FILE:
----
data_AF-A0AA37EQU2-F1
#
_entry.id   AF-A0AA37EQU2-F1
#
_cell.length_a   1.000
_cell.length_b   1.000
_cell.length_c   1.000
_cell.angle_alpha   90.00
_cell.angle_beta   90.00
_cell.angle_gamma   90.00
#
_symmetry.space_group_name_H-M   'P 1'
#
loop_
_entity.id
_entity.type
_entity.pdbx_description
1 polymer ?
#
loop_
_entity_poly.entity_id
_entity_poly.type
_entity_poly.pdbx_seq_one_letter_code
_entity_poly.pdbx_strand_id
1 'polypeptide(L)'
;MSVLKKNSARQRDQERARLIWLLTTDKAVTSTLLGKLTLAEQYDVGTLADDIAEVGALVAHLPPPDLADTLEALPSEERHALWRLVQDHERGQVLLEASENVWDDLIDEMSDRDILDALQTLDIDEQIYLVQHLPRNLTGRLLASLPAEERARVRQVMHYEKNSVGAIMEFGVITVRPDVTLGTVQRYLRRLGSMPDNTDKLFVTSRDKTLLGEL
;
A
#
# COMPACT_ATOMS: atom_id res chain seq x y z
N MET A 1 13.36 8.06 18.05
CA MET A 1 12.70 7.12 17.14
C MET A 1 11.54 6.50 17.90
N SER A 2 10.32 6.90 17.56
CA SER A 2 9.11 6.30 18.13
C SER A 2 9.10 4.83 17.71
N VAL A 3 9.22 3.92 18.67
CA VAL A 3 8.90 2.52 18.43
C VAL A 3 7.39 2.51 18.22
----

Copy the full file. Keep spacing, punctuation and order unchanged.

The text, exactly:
data_AF-A0AA37EQU2-F1
#
_entry.id   AF-A0AA37EQU2-F1
#
_cell.length_a   1.000
_cell.length_b   1.000
_cell.length_c   1.000
_cell.angle_alpha   90.00
_cell.angle_beta   90.00
_cell.angle_gamma   90.00
#
_symmetry.space_group_name_H-M   'P 1'
#
loop_
_entity.id
_entity.type
_entity.pdbx_description
1 polymer ?
#
loop_
_entity_poly.entity_id
_entity_poly.type
_entity_poly.pdbx_seq_one_letter_code
_entity_poly.pdbx_strand_id
1 'polypeptide(L)'
;MSVLKKNSARQRDQERARLIWLLTTDKAVTSTLLGKLTLAEQYDVGTLADDIAEVGALVAHLPPPDLADTLEALPSEERHALWRLVQDHERGQVLLEASENVWDDLIDEMSDRDILDALQTLDIDEQIYLVQHLPRNLTGRLLASLPAEERARVRQVMHYEKNSVGAIMEFGVITVRPDVTLGTVQRYLRRLGSMPDNTDKLFVTSRDKTLLGEL
;
A
#
# COMPACT_ATOMS: atom_id res chain seq x y z
N MET A 1 13.36 8.06 18.05
CA MET A 1 12.70 7.12 17.14
C MET A 1 11.54 6.50 17.90
N SER A 2 10.32 6.90 17.56
CA SER A 2 9.11 6.30 18.13
C SER A 2 9.10 4.83 17.71
N VAL A 3 9.22 3.92 18.67
CA VAL A 3 8.90 2.52 18.43
C VAL A 3 7.39 2.51 18.22